It’s been a hell of a stretch. And things don’t appear to be sorting themselves out anytime soon. As you know, I’ve been running wall-to-wall conversations about schools and coronavirus for the past seven weeks. There’s a lot that we’ve all been eager to know, and I thought it invaluable to hear directly from this amazing collection of educators, analysts, funders, and policymakers. But to all things there’s a season. I’ve been feeling, now that we’re past the initial shock of pandemic and school closures, that it’s time to shift gears. To that end, starting next week, we’ll be shifting to a power-packed lineup of guest bloggers.
First up, the week of May 18, is Stefanie Sanford, the College Board’s formidable chief of global policy and external relations. Prior to joining the College Board, Stefanie spent over a decade at the Bill & Melinda Gates Foundation—much of it as the chief of U.S. policy and advocacy. She’ll be writing about what coronavirus has taught us about the digital divide and keeping students on track outside the classroom and the College Board’s experience with virtual AP instruction.
For the week of May 25, we’ll have Helen Baxendale, the director of academic affairs and policy for the Arizona board of regents. Prior to this, Helen was an instructor at Oxford, where her Ph.D. dissertation examined Teach For America program as a lens for understanding U.S. school reform. Helen will be digging into the rise, struggles, and future of Teach For America.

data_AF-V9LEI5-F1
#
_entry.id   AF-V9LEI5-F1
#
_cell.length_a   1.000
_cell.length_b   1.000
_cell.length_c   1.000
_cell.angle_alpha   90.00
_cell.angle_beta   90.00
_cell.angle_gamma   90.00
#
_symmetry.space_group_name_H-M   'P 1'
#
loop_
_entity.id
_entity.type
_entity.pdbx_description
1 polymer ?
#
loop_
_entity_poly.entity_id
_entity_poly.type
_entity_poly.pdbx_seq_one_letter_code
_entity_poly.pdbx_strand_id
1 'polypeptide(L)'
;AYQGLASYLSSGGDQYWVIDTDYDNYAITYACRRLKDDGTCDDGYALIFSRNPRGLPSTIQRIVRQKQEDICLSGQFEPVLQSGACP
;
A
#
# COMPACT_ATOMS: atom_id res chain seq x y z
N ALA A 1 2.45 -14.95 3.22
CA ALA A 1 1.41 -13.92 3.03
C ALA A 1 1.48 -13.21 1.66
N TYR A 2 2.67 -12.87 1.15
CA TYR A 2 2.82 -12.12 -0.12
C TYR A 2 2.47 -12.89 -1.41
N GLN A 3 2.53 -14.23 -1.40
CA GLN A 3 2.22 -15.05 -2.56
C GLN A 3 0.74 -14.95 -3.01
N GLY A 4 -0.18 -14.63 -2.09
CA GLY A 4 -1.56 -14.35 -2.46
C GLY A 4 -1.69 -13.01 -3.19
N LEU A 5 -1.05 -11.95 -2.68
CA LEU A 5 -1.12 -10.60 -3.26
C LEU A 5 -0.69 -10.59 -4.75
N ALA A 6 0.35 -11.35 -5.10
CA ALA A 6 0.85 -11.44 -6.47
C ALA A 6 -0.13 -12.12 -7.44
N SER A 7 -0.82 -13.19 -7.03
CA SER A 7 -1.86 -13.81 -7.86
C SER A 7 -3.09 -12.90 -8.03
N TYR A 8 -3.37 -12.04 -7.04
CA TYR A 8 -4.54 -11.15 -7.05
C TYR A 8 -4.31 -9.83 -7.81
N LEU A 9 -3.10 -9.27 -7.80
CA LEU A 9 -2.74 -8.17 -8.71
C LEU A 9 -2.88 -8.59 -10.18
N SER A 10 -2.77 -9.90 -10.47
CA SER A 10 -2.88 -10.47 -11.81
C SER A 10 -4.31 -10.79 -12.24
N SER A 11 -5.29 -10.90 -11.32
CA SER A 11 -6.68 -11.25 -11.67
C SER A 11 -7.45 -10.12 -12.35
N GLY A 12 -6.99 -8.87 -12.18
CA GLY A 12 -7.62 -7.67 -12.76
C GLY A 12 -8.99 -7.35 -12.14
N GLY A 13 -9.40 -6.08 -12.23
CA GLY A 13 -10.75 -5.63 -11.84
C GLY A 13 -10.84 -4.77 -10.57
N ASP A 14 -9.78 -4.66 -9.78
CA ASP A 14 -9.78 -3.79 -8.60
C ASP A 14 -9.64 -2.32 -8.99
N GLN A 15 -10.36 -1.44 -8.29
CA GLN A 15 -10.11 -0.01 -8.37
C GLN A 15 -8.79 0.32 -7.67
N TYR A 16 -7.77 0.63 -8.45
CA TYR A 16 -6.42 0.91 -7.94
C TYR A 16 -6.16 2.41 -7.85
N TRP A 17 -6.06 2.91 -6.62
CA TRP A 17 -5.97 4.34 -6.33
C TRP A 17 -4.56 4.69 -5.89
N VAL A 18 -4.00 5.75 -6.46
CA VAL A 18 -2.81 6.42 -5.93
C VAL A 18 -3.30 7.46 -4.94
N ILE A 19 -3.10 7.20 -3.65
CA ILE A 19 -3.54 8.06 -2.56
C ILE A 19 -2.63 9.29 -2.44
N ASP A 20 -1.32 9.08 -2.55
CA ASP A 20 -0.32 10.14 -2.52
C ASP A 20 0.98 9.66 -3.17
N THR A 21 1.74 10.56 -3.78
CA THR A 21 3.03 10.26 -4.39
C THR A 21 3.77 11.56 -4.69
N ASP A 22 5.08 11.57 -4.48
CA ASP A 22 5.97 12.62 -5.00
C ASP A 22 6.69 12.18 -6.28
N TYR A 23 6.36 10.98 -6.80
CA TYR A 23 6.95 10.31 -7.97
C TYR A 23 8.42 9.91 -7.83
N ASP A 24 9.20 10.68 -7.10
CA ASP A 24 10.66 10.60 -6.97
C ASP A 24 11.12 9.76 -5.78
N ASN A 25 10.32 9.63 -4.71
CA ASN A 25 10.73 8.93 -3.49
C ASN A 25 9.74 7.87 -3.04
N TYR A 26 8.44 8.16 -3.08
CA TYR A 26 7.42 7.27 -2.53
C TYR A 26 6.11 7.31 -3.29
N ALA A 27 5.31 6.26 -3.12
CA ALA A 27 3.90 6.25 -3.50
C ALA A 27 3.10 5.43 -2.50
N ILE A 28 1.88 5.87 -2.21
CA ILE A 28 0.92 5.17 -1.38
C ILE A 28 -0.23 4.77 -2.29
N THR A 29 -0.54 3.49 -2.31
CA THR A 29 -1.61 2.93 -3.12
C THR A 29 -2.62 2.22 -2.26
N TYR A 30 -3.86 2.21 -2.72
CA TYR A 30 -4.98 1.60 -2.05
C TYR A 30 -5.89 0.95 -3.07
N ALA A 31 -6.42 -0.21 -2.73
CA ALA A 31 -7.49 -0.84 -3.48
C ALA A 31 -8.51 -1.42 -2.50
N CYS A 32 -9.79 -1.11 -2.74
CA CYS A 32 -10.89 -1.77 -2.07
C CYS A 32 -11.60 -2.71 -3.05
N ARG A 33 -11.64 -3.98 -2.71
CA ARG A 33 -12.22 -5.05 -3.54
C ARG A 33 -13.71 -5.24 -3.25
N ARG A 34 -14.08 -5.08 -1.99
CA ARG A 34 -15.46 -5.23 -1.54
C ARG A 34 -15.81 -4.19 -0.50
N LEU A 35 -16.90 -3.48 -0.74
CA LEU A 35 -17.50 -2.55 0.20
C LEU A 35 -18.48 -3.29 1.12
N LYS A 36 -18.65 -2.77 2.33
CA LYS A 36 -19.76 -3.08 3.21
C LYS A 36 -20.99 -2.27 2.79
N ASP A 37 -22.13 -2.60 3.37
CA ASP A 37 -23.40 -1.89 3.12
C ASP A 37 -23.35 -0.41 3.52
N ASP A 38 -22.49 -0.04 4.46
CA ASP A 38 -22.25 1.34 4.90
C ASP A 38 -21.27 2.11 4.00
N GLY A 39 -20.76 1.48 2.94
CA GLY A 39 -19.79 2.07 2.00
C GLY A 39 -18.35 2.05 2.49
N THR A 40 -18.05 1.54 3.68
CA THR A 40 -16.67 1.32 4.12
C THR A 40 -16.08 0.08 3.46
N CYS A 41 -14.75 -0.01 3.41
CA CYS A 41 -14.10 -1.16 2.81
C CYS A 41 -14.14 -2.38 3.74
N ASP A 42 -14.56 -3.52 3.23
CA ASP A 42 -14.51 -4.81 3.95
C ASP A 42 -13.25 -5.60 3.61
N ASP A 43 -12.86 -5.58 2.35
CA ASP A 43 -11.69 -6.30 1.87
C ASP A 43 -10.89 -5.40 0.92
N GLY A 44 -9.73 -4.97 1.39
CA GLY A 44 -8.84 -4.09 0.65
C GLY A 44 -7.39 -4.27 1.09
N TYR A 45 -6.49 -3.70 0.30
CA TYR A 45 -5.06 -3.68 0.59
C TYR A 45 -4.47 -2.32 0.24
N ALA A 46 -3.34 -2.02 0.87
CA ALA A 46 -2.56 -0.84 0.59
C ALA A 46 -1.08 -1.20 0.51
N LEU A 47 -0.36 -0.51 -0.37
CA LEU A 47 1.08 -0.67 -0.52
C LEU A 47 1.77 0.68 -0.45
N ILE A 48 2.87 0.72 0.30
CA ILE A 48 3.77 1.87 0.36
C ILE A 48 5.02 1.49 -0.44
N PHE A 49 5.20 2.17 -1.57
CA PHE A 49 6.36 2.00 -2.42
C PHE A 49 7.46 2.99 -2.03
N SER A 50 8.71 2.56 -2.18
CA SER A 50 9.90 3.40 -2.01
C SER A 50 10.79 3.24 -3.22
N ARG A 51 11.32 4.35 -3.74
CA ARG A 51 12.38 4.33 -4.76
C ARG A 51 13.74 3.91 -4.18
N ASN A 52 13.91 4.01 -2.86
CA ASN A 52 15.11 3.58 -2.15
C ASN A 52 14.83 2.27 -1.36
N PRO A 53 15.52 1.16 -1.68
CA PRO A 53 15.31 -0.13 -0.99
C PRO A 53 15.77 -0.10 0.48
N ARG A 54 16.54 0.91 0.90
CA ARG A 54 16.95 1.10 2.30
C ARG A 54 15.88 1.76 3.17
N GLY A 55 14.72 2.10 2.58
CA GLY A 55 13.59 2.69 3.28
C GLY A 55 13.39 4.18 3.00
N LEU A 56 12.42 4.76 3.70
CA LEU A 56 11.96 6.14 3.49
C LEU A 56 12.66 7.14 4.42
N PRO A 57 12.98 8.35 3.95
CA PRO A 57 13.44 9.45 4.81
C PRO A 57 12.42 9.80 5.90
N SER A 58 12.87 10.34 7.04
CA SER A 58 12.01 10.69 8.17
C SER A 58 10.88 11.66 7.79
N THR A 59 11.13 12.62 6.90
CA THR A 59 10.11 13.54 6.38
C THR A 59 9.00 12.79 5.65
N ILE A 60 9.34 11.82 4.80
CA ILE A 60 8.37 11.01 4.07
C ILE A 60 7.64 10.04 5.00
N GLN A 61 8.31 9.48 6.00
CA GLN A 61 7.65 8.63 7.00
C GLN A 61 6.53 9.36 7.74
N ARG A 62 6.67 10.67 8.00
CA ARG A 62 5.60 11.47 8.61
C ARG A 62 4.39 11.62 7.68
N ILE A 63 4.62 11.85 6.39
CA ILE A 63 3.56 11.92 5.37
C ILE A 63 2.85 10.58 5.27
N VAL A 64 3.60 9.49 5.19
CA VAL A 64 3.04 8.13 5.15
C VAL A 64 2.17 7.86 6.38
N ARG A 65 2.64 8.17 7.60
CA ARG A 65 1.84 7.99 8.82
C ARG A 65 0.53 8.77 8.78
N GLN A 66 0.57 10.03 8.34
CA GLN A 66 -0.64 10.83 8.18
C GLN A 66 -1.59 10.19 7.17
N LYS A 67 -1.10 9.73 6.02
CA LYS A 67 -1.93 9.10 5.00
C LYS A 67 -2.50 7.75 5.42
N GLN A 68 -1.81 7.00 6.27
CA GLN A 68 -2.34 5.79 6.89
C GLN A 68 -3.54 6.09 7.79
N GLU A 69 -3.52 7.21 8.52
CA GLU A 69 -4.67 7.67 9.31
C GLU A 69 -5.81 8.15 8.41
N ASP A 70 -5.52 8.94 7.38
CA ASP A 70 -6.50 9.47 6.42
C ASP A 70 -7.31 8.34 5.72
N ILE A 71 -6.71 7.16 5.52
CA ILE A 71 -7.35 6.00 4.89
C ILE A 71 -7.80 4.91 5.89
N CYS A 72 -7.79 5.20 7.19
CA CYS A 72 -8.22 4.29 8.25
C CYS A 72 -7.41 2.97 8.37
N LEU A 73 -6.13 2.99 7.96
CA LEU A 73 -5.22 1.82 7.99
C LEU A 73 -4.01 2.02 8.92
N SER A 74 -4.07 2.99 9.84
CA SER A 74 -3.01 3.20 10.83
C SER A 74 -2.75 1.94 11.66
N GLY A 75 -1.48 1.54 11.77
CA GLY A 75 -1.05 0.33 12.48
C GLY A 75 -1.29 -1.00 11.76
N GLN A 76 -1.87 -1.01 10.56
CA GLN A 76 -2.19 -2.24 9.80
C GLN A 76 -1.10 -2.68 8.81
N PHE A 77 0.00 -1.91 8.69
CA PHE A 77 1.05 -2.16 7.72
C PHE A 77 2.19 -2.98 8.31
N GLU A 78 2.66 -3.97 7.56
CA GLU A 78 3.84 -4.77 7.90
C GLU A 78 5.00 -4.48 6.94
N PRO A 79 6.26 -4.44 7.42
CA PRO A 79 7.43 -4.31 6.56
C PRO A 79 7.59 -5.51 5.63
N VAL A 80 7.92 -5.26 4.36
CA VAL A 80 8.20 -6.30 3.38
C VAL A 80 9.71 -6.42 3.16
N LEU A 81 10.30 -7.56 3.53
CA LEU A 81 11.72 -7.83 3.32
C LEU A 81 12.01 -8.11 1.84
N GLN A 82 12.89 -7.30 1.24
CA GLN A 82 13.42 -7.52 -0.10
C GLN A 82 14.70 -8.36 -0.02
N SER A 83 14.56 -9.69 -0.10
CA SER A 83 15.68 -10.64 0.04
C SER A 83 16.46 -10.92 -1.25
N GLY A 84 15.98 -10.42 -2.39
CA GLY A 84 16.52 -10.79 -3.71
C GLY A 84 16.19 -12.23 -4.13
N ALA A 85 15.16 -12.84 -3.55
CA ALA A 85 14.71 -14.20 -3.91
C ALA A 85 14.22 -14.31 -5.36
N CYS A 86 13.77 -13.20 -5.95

Harvard University senior lecturer Irvin Scott will take over the week of June 1. Irvin was the force behind the launch of Harvard Ed School’s Leadership Institute for Faith and Education, which convenes education and faith-based leaders. Irvin’s background includes more than 20 years in schools and districts as a teacher, principal, assistant superintendent, and chief academic officer.
Robert Pondiscio, a veteran educator, Fordham Institute big wheel, and author of the terrific How the Other Half Learns, will wrap things up the week of June 8. Readers will recall him from the finely crafted guest letters he’s penned for RHSU (see here and here) or his popular guest stint last fall. In 2002, after two decades in journalism, Robert left a senior position at Business Week to teach in the Bronx. Today, he writes about school improvement with a practical bent.
Stay safe, tune out the noise, focus on what matters, and check out what our guests have to say. You’ll find it well worth your while. And I’ll look forward to being back with you in mid-June.
The opinions expressed in Rick Hess Straight Up are strictly those of the author(s) and do not reflect the opinions or endorsement of Editorial Projects in Education, or any of its publications.